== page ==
Gr 5-8-This novel has a split personality. It begins with flair in 1620 in Copenhagen, where the sinister Dutch sea captain Vanderdecken begins an ill-fated journey aboard the Flying Dutchman. Also onboard is young Neb, a stowaway who is immediately discovered and put to work. The crazed captain, cursing God, forces them to sail the ship around Cape Horn in a horrible storm. An angel bearing a sword appears and dooms the ship and its inhabitants to an eternity of ghostly sailing; Neb and his dog, however, receive the gift of eternal life, the ability to read one another's thoughts, and the duty to roam the world and help others in need. After a brief sojourn in Tierra del Fuego, the story jumps forward to England in 1896, where the boy and his wisecracking dog, now calling themselves Ben and Ned, help save a village from being demolished. From this point on, the novel reads like an old-fashioned children's mystery, with all the good-hearted villagers pitching in, guided by Ben, to find the missing land deeds that would foil the plans of a black-hearted industrialist. Esoteric clues, buried treasure, village bullies, an absentminded librarian, and nice old ladies create a cozy, claustrophobic atmosphere that will make readers wonder what the Flying Dutchman had to do with anything-except for giving Ben nightmares. The supernatural aspects seem out of place and superfluous. Readers who are pulled in by the exciting sea adventure may well abandon the book once it segues to the slower, longer section ashore.-Eva Mitnick, Los Angeles Public Library Copyright 2001 Cahners Business Information.
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Read an Excerpt
They sat facing one another across a table in the upper room of a drinking den known as the Barbary Shark. Two men. One a Dutch sea captain, the other a Chinese gem dealer. Muffled sounds of foghorns from the nighttime harbor, mingling with the raucous seaport din outside, passed unheeded. A flagon of fine gin and a pitcher of water, close to hand, also stood ignored. In the dim, smoke-filtered atmosphere, both men's eyes were riveted upon a small, blue velvet packet, which the gem dealer had placed upon the table.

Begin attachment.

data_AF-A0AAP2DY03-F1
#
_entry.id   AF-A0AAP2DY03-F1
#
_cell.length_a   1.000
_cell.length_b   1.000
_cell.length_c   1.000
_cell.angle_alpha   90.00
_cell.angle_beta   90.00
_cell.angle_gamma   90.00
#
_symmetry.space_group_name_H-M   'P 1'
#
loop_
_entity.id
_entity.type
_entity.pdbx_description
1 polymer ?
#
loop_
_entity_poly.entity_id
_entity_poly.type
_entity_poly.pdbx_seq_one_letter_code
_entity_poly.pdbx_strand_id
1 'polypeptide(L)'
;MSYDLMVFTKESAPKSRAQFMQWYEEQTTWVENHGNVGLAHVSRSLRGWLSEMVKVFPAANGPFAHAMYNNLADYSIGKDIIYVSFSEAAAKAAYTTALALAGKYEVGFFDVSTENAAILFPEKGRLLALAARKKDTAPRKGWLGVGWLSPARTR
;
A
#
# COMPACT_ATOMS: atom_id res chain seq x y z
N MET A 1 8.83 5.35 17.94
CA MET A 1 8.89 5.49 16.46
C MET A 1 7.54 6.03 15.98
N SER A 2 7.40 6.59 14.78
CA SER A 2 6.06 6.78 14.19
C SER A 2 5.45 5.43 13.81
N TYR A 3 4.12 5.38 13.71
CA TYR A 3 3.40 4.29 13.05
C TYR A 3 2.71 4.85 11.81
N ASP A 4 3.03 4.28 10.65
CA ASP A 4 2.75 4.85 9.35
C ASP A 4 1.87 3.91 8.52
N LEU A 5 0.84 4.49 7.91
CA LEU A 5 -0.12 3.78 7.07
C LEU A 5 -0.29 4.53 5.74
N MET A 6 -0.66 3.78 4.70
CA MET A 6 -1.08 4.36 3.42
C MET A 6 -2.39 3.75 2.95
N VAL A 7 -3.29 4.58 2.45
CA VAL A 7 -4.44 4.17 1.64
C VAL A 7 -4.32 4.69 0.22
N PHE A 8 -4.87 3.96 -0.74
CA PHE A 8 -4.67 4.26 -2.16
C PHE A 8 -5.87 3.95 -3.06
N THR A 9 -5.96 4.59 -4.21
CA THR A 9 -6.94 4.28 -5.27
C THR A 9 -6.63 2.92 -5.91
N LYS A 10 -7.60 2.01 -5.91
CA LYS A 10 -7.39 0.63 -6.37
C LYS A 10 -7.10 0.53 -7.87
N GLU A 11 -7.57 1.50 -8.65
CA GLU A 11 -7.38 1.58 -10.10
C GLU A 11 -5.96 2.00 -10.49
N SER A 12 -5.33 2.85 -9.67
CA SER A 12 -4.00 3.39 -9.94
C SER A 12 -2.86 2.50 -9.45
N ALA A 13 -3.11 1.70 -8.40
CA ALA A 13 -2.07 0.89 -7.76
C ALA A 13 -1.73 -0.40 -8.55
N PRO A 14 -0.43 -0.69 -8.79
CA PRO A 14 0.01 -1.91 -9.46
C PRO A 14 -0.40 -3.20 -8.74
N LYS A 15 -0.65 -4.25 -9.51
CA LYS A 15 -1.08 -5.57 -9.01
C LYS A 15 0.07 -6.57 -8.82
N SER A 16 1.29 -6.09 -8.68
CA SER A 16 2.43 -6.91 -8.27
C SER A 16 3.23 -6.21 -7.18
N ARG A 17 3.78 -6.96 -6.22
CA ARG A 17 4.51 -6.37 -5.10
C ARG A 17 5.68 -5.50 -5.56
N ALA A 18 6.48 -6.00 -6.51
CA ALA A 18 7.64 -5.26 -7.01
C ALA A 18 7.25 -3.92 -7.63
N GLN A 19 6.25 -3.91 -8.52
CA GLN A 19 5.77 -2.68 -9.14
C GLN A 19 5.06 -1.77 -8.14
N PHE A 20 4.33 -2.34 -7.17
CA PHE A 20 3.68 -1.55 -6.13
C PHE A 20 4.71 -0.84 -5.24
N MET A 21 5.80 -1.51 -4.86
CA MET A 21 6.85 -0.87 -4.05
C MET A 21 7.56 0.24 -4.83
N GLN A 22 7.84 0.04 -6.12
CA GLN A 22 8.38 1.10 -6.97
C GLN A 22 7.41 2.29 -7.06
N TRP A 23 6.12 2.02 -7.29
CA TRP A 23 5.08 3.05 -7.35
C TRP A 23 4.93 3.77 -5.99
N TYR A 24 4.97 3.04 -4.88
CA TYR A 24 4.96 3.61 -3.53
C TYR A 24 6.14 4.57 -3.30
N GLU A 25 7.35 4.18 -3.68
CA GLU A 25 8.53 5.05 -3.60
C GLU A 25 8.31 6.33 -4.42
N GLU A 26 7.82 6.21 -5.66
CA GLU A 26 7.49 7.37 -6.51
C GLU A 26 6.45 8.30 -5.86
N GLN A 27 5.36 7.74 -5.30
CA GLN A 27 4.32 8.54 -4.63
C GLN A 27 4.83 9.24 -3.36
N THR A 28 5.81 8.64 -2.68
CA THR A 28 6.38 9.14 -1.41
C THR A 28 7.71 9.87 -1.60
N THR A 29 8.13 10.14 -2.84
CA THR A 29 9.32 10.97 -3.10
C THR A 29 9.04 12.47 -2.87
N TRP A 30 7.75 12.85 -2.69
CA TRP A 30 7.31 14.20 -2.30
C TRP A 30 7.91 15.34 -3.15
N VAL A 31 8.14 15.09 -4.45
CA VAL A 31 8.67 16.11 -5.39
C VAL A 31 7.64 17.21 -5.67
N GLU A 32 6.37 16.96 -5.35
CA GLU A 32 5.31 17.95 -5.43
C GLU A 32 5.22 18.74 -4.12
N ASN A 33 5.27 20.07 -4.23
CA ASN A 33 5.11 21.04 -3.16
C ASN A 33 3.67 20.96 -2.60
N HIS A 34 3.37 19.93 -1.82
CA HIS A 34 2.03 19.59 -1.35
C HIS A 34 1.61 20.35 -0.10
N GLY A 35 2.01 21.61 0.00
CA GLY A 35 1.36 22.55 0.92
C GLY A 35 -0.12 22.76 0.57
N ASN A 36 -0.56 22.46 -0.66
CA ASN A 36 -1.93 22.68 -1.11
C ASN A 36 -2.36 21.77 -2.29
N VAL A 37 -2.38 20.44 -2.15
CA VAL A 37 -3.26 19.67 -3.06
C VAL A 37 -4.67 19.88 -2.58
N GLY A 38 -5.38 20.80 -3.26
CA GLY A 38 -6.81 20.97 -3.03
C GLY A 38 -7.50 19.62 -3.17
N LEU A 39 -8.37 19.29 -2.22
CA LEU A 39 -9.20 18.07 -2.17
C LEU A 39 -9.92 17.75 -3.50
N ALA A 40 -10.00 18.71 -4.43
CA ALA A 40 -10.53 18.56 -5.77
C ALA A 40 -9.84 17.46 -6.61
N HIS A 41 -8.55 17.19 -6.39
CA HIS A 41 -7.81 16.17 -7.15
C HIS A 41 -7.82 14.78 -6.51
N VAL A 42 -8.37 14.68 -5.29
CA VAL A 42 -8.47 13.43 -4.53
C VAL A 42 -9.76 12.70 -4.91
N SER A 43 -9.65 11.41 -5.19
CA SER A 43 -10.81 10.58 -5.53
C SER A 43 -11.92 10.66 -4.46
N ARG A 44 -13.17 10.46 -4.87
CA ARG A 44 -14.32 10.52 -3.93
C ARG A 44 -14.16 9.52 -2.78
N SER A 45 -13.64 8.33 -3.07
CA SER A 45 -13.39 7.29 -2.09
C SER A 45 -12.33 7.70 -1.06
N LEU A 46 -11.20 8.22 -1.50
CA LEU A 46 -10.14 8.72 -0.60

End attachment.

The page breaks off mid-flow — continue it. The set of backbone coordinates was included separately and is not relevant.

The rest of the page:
Slowly he unwrapped the cloth, allowing a large emerald to catch facets of the golden lantern light. It shimmered like the eye of some fabled dragon. Noting the reflected glint in the Dutchman's avaricious stare, the Chinaman placed his long-nailed hand over the jewel and spoke softly. "My agent waits in Valparaiso for the arrival of a certain man-somebody who can bring home to me a package. It contains the brothers and sisters of this green stone, many of them! Some larger, others smaller, but any one of them worth a fortune. Riches to fire a man beyond his wildest dreams. He who brings the green stones to me must be a strong man, commanding and powerful, able to keep my treasure from the hands of others. My friend, I have eyes and ears everywhere on the waterfront. I chose you because I know you to be such a man!"
The captain's eyes, bleak and grey as winter seas, held the merchant's gaze. "You have not told me what my reward for this task will be."
The gem dealer averted his eyes from the captain's fearsome stare. He lifted his hand, exposing the emerald's green fire. "This beautiful one, and two more like it upon delivery."
The Dutchman's hand closed over the stone as he uttered a single word. "Done!"
The boy ran, mouth wide open, gasping to draw in the fog-laden air. His broken shoes slapped wetly over the harbor cobblestones. Behind him the heavy, well-shod feet of his pursuers pounded, drawing closer all the time. He staggered, forcing himself to keep going, stumbling through pools of yellow tavern lights, on into the milky muffling darkness. Never would he go back, never again would the family of his stepfather treat him like an animal, a drudge, a slave! Cold sweat streamed down into his eyes as he forced his leaden legs onward. Life? No sane being could call that life: a mute, dumb from birth, with no real father to care for him. His mother, frail creature, did not live long after her marriage to Bjornsen, the herring merchant. After her death the boy was forced to live in a cellar. Bjornsen and his three hulking sons treated their captive no better than a dog. The boy ran with the resounding clatter of Bjornsen's sons close behind him. His one aim was to escape them and their miserable existence. Never would he go back. Never!